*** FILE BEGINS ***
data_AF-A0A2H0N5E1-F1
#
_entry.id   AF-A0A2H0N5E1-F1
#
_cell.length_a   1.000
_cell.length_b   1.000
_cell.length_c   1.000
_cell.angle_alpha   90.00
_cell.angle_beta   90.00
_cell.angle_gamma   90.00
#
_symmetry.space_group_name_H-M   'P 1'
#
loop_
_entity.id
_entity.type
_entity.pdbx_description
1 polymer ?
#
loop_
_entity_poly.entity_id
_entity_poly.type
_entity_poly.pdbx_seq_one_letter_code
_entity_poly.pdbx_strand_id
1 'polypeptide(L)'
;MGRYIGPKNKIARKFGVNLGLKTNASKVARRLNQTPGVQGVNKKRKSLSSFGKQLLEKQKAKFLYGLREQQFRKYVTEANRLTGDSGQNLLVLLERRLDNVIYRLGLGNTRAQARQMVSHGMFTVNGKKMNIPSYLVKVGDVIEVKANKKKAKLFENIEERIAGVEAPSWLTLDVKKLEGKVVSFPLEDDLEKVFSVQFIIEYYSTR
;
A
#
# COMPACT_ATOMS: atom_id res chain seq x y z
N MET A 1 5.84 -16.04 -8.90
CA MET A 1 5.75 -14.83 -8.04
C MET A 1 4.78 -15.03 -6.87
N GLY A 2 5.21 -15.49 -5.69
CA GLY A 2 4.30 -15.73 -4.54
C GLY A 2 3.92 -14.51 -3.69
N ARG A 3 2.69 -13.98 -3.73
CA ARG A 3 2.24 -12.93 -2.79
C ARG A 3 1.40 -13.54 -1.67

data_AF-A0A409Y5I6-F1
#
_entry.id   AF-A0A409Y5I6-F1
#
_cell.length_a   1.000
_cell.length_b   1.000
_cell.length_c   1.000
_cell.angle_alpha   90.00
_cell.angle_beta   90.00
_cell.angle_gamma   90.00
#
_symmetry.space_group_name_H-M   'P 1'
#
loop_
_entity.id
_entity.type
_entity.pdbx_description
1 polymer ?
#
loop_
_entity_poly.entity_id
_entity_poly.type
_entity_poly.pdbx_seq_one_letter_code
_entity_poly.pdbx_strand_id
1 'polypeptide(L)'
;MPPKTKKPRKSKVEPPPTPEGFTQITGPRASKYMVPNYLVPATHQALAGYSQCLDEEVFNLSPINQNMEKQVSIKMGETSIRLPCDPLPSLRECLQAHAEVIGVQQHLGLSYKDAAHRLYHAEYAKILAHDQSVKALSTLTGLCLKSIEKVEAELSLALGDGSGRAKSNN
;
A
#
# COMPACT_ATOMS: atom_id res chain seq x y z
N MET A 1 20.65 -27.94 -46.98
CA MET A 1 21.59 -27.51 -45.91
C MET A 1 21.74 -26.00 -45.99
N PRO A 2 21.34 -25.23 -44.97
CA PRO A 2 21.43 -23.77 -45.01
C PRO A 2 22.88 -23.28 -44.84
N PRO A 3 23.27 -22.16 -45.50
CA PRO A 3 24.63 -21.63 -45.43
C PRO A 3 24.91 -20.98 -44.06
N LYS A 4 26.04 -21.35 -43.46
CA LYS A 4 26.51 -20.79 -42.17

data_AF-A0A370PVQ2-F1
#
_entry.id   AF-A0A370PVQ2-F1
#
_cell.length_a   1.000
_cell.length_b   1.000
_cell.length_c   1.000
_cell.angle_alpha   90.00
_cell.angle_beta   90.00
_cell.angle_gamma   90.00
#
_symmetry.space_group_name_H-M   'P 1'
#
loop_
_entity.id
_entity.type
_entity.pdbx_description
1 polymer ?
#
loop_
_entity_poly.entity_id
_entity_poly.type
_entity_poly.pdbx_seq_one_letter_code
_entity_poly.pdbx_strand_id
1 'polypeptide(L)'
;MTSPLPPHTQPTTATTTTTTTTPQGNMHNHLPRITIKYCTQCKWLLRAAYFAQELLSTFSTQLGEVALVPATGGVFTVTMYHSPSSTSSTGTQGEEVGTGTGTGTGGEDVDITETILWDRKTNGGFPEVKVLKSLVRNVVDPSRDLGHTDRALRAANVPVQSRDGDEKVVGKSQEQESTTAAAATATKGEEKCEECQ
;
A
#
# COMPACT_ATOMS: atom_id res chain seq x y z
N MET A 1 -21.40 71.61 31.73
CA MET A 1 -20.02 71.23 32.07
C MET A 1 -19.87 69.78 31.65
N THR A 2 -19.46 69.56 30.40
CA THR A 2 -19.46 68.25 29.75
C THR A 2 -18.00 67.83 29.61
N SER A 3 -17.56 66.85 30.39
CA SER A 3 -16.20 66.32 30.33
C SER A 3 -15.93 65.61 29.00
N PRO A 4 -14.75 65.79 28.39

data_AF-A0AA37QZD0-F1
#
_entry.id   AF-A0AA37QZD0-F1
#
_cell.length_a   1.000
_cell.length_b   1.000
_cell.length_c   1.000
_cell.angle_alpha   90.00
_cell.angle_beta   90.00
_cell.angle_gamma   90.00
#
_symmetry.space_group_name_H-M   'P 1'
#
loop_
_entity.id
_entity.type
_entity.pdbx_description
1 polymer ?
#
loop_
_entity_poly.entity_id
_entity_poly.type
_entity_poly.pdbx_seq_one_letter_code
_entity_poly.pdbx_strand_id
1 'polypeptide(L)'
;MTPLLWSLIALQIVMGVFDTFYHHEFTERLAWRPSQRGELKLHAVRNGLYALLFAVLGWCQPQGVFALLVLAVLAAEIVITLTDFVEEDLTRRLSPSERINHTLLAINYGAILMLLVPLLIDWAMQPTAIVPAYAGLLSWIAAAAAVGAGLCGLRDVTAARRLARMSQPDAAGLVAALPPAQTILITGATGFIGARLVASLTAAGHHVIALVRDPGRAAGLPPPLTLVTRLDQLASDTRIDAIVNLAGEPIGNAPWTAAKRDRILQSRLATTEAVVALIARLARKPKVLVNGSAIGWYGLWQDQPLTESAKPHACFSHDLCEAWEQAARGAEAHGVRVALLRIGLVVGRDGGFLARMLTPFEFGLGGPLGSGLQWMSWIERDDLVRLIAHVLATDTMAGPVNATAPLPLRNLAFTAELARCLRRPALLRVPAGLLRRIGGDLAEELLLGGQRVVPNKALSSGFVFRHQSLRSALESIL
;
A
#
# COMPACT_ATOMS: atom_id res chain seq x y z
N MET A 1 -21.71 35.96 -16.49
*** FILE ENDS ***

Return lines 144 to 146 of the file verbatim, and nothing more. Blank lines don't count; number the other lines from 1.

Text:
_entity_poly.pdbx_strand_id
1 'polypeptide(L)'
;MTPLLWSLIALQIVMGVFDTFYHHEFTERLAWRPSQRGELKLHAVRNGLYALLFAVLGWCQPQGVFALLVLAVLAAEIVITLTDFVEEDLTRRLSPSERINHTLLAINYGAILMLLVPLLIDWAMQPTAIVPAYAGLLSWIAAAAAVGAGLCGLRDVTAARRLARMSQPDAAGLVAALPPAQTILITGATGFIGARLVASLTAAGHHVIALVRDPGRAAGLPPPLTLVTRLDQLASDTRIDAIVNLAGEPIGNAPWTAAKRDRILQSRLATTEAVVALIARLARKPKVLVNGSAIGWYGLWQDQPLTESAKPHACFSHDLCEAWEQAARGAEAHGVRVALLRIGLVVGRDGGFLARMLTPFEFGLGGPLGSGLQWMSWIERDDLVRLIAHVLATDTMAGPVNATAPLPLRNLAFTAELARCLRRPALLRVPAGLLRRIGGDLAEELLLGGQRVVPNKALSSGFVFRHQSLRSALESIL